The Greek language version was a finalist for the annual Anagnostis best book of the year awards in Greece
The Variations on the art of the fugue and a desperate ricercar utilize diverse materials intermingling poetry, poetic prose, short stories, travelogue, stream of consciousness, scientific data, biography, essay, and an extensive referencing network from myth, history, music, visual arts, and past literature, all connected by a psychological plot. Its two main leitmotifs are suggested by its title inspired by the last two major works of J.S. Bach. The Fugue leitmotif includes the concepts of traveling, leaving, being a fugitive, being in exile (often self-exile). In a crumbling dystopian world, homes and cities and civilizations are disrupted and abandoned, as people reach their limits. The Ricercar, conversely, is the theme of returning, coming back home, finding peace. Ricercar has the same root as ricerca, research and indeed the heroes of the book are “researchers” at multiple levels reaching for the safety of discovery and its secure validation. Physical geographies in the Variations include destinations such as Greek islands and remote solitary places in the Aegean or Ionian Sea or in the rugged Pindos mountains (both beautiful but also infiltrated by crisis and desolation), cradles of the European civilization such as Florence, Venice, Escorial, Lago di Como and Freiburg, and American landmarks from New York City to California.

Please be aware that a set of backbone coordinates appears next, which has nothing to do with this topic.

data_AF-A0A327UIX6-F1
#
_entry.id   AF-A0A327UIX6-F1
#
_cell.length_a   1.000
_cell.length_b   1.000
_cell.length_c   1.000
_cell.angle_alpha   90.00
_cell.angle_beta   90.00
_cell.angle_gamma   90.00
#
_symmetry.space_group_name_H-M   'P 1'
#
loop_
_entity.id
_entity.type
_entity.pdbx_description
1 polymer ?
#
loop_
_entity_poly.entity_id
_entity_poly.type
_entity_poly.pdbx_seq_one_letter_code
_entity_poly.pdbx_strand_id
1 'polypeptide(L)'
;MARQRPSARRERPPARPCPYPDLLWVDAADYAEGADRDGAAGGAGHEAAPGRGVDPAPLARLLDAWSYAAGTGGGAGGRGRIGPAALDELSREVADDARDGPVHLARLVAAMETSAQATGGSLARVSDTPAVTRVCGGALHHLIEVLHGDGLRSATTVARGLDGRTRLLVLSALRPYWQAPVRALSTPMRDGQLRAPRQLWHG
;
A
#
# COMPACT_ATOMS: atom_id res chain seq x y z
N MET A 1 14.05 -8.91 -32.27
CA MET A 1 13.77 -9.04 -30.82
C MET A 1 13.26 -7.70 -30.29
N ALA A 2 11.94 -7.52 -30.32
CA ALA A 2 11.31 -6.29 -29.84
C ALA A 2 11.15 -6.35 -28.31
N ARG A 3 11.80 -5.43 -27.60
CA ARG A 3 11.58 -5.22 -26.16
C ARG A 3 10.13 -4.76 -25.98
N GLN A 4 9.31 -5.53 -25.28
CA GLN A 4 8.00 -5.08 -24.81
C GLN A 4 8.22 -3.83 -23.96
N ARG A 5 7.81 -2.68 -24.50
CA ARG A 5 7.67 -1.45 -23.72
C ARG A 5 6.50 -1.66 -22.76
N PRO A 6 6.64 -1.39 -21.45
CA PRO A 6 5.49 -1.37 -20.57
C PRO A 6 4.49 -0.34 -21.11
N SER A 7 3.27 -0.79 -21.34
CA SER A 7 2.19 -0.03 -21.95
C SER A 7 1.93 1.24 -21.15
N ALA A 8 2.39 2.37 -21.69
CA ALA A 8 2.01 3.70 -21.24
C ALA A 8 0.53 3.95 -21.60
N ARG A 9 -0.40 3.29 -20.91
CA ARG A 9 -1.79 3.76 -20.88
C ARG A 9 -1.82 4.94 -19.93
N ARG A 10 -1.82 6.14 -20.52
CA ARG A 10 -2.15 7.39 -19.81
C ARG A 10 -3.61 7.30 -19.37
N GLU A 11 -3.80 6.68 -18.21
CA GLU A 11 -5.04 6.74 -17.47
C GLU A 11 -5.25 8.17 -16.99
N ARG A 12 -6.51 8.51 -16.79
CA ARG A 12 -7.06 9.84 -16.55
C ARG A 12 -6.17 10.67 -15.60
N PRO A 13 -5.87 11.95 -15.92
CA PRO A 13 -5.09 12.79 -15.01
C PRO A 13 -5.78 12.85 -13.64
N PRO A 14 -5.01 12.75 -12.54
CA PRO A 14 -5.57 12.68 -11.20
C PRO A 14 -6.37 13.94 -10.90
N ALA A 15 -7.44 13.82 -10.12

One reviewer described the book as “a modern multi-level Odyssey masterpiece”. The Greek language version was published in 2014 and it was a finalist for the annual Anagnostis best book awards in Greece. The English version is accompanied for the first time by an added, extensive section of Annotations, a hyperlinked book within a book.
Author: IOANNIDIS, JOHN P.A.
Award: The Greek language version was a finalist for the annual Anagnostis best book awards in Greece
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John P.A. Ioannidis is a professor at Stanford University with appointments in Medicine, Epidemiology and Population Health, Biomedical Data Science, and Statistics and he is also teaching at Stanford a course of Comparative Literature focused on Modern Greek Poetry. He is a member of the US National Academy of Medicine, the European Academy of Sciences and Arts, and 6 other election-based academies and corresponding member of the Hellenic Authors’ Society. He was born in New York in 1965 and he has lived in many different places. He loves to be reminded that he knows next to nothing.